2. Turn your negative self-talk into questions rather than accusations. Instead of your inner critic maligning your thoughts, ask, “How can I make this a good situation?” or “Am I willing to do what it takes?” When you ask questions, you allow yourself to explore scenarios and your negative thoughts are turned into curiosities and observations instead of fear.
  3. Don’t strive for perfection right away. Focus on progress – the “baby steps” – that will take you from negative to positive thinking. Positive affirmations may help, but if you’re using them, you need to truly believe them; otherwise, they may backfire. For example, instead of saying, “I am the best thing on planet earth,” say, “I can be the best thing on planet earth if I . . . ” and then identify the steps you will take to meet your affirmation.

Also, consider the Law of Attraction to help you overcome your negative thoughts. The Law of Attraction says that by focusing on negative or positive thoughts, we bring into our life the negative or positive energy that we exude. Therefore, if you want more positive things to happen to you, then thinking positive thoughts is the way to go.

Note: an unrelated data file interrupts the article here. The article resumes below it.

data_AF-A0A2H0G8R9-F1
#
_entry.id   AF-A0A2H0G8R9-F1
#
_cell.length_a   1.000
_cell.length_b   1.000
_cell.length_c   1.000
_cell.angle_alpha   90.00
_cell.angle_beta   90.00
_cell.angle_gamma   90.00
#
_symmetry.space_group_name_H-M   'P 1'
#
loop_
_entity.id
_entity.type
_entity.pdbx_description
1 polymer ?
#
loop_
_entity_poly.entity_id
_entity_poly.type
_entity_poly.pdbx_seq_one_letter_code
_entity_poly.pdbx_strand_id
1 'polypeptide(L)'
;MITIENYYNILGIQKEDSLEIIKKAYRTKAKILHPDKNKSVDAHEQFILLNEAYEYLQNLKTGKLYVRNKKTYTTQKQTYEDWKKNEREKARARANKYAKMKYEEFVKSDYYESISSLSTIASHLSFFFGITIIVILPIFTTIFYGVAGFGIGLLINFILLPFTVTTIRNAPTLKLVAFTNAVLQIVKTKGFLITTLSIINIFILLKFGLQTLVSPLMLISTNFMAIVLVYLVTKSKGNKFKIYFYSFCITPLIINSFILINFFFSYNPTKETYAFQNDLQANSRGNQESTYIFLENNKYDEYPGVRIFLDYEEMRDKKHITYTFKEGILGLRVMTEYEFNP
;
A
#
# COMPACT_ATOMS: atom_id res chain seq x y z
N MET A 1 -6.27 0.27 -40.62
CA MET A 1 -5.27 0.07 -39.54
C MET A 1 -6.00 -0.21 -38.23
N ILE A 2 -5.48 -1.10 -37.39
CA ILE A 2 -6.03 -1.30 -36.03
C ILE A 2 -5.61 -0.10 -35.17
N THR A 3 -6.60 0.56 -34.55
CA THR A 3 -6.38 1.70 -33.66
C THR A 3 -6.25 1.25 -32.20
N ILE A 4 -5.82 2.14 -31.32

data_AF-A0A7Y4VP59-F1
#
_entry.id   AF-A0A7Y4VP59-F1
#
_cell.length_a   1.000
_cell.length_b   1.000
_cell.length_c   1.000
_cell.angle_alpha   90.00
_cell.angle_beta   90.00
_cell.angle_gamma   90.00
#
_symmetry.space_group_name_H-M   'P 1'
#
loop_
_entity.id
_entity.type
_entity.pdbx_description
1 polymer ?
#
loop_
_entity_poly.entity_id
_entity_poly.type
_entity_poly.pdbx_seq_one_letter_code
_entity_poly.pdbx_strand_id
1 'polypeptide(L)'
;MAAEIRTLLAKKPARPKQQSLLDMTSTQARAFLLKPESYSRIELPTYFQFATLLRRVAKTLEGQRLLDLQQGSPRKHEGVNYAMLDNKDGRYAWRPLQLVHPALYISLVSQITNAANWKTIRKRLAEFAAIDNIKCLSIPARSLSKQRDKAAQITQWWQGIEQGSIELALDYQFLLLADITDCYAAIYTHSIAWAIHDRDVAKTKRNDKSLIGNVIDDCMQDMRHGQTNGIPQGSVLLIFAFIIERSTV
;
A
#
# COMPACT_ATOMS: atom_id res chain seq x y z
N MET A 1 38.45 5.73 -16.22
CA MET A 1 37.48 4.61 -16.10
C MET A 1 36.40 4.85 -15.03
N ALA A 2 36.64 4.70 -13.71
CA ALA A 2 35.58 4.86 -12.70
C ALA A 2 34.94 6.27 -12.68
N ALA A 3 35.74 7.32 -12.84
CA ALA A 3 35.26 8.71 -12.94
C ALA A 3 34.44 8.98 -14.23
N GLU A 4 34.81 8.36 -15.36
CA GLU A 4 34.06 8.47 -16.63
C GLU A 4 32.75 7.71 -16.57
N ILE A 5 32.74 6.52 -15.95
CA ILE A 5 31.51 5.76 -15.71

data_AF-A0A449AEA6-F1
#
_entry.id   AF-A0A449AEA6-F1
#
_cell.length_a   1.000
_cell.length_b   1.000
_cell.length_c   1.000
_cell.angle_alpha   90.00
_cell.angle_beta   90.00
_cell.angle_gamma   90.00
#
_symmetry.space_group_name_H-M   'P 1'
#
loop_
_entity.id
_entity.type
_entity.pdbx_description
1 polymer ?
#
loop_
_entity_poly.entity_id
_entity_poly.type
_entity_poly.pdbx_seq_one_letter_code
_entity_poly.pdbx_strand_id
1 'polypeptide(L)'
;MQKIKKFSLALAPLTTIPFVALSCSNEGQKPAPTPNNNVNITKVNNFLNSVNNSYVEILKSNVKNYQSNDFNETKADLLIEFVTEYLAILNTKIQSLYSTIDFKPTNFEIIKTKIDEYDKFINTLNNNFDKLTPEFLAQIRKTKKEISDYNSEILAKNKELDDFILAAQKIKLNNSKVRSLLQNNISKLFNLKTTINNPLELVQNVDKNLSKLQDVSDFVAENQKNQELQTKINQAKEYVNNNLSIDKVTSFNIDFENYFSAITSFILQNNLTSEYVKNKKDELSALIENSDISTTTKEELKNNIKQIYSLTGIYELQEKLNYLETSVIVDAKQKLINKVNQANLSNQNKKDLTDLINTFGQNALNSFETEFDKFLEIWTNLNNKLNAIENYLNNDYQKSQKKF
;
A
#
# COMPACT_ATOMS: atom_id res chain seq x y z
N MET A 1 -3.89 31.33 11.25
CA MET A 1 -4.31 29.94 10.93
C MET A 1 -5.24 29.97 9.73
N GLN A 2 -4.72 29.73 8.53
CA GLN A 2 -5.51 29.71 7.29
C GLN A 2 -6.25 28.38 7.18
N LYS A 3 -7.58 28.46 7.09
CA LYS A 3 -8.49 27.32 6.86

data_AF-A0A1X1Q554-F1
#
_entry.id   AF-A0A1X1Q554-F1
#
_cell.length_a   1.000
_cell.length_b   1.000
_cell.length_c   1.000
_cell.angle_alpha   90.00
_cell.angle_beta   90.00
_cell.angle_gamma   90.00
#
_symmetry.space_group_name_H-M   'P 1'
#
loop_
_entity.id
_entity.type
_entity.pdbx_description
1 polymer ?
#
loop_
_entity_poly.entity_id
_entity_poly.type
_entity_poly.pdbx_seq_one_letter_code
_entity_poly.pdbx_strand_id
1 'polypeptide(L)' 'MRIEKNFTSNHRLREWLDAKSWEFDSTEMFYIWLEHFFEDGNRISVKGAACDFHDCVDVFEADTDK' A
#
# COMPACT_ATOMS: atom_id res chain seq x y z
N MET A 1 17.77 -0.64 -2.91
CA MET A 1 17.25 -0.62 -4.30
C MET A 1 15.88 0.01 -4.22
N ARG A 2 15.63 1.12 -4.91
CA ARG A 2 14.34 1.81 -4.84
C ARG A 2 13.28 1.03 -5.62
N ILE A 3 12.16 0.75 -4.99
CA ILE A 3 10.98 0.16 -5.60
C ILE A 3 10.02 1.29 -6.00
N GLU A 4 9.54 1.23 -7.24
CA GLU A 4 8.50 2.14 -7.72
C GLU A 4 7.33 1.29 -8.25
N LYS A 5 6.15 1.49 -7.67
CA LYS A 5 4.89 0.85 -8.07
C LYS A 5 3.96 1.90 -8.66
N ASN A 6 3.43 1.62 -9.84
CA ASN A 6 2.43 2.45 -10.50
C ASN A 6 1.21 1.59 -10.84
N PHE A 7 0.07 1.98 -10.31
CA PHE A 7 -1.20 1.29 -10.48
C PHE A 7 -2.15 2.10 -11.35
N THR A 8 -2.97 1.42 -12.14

Here’s to positive thinking and to a productive future!

 

Motivational Posters – Fad or Comfort?

April 19, 2017

Is it just me or has anyone else noticed the overwhelming motivational posters, sayings, and related paraphernalia on various social media sites? Why on earth do so many of these things exist? And even more so, why does everyone feel that they need to share something motivational with the world all the time?

I confess, I was sucked into this wormhole a while back, but I’ve been away from social media because I’ve been focusing on getting a Master’s degree and now that I’m back into my various sites, I’m gob smacked with the amount of seemingly well-intentioned messages that have flooded the Internet.